Note: Photos 2, 3 and 4 were taken by Ir. Liaw Yew Peng of CRE Office. BEM

  • FAQs On Certificate Of Completion And Compliance


    The two-day Conference to improve the delivery system of Government services - to improve the development processes as well as property management, held at Sunway Lagoon Hotel Ballroom, was launched by the Hon. Prime Minister Datuk Seri Abdullah Ahmad Badawi on April 13, 2007. The issuance of the Certificate of Completion and Compliance (CCC) by professionals was launched on the same day.

    1. When do the new laws enabling professional Architects/ Engineers to issue CCC come into force?

    The CCC system came into force effective April 12, 2007.

    2. What does this mean?

    The CCC replaces the Certificate of Fitness for Occupation (CFO) previously issued by the local authority (PBT). The CCC is issued by the projects Principal Submitting Person (PSP) who is a Professional Architect, Professional Engineer or a Registered Building Draughtsman.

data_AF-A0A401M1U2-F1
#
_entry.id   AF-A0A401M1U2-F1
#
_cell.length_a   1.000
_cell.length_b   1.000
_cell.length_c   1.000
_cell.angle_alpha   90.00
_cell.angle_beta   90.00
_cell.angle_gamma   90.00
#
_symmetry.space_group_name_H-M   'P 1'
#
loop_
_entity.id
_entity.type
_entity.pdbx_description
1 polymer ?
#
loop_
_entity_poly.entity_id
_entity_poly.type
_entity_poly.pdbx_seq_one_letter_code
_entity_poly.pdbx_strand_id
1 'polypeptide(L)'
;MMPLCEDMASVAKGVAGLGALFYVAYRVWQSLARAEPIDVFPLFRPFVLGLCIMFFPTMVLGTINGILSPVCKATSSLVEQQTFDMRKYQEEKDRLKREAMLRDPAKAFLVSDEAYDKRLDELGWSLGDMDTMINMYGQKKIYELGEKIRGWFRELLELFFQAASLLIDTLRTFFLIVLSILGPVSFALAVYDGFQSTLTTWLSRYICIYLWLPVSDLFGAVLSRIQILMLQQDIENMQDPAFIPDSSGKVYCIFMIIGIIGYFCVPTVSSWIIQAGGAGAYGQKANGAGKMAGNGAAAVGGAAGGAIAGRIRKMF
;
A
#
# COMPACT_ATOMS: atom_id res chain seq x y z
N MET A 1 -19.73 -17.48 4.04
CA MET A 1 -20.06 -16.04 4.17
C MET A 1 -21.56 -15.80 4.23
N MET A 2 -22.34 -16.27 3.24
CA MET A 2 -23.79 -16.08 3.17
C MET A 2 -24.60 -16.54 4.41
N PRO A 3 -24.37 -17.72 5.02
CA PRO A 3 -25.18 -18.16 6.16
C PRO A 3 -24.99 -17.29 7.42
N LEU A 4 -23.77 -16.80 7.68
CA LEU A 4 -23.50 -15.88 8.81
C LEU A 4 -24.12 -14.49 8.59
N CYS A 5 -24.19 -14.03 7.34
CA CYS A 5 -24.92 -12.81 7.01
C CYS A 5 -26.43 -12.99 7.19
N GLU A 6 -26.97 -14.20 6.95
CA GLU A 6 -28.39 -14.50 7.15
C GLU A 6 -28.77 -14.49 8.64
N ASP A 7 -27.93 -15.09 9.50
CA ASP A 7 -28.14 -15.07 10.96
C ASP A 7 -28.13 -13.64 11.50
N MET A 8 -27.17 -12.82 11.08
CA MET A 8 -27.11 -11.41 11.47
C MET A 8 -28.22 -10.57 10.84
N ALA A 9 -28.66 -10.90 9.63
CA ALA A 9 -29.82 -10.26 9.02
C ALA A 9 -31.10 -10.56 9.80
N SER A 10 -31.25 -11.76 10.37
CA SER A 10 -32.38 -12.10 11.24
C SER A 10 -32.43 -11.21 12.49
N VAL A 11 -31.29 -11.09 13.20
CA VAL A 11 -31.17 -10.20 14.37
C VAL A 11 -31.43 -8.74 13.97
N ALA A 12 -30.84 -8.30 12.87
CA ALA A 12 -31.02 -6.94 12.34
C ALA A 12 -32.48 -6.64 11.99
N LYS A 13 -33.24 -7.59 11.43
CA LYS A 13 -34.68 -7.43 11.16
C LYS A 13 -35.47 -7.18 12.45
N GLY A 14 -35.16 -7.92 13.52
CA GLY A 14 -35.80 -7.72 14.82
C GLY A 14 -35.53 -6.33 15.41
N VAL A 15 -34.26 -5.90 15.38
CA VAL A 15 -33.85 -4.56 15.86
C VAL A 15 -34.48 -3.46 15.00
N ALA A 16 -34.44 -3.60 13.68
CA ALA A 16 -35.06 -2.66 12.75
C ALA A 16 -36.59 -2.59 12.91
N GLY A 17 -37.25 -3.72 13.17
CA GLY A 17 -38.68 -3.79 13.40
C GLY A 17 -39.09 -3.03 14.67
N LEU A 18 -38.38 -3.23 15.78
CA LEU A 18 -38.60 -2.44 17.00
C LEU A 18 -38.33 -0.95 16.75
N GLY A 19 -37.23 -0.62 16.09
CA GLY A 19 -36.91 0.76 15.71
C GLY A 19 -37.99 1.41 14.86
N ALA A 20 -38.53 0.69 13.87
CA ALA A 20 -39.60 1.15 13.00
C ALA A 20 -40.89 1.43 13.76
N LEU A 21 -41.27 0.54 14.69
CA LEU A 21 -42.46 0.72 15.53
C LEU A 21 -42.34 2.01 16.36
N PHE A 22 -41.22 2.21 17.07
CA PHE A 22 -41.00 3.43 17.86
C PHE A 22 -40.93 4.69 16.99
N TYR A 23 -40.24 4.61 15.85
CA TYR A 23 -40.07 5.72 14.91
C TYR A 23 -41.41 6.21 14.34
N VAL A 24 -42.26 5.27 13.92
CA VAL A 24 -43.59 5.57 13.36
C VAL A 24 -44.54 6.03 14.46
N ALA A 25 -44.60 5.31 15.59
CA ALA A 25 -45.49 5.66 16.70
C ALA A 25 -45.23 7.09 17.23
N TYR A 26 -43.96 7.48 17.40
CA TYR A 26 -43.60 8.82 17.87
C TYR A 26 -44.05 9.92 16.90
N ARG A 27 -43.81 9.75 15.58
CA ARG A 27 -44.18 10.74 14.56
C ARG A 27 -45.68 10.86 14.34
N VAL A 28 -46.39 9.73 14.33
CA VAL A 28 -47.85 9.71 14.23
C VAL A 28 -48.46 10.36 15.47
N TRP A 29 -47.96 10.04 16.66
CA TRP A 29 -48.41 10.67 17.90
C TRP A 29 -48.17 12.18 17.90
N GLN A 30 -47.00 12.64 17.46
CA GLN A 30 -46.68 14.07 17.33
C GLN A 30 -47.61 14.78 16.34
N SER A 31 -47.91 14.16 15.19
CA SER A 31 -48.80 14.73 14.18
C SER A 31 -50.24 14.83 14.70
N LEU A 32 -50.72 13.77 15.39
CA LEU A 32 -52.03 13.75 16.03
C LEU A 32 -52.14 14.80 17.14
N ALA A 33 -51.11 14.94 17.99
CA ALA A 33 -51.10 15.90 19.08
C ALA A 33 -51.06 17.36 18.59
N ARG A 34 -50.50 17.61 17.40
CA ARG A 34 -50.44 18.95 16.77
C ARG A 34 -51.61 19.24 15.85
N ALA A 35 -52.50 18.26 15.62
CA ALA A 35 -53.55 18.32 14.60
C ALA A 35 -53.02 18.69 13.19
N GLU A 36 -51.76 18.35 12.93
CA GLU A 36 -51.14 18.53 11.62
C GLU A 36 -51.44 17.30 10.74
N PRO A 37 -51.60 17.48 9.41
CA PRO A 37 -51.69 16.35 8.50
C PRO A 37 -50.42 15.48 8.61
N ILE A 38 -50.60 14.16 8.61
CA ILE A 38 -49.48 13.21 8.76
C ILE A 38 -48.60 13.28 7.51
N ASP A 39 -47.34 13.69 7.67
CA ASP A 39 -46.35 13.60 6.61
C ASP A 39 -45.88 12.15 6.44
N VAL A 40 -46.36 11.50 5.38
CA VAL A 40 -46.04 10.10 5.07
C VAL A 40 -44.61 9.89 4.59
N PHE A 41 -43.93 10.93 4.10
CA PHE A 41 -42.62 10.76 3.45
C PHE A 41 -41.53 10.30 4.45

3. What is the reason for the Government to implement this change?

    It is the Governments view that CCC will cut down red-tape and ensure that house buyers and building owners get to move in as quickly as possible without compromising their safety. This is consistent with the Governments desire to encourage self-regulation, which was introduced in the National Economy Growth Planning strategy to continuously enhance the delivery system. Previously, a Certificate of Fitness for Occupation (CFO) was issued by the local authority after it has received Form E (UKBS) which is an application for the issuance of the CFO. This system posed many problems, such as delay in certification by technical agencies, additional conditions imposed by PBT at the time of CFO application and lack of technical officers to process the CFO. It is to be noted that CCC will only address technical aspects and so far as these are complied with and there is no apparent threat to health and safety issues, then CCC can be issued.

    4. What then is the role of PBT?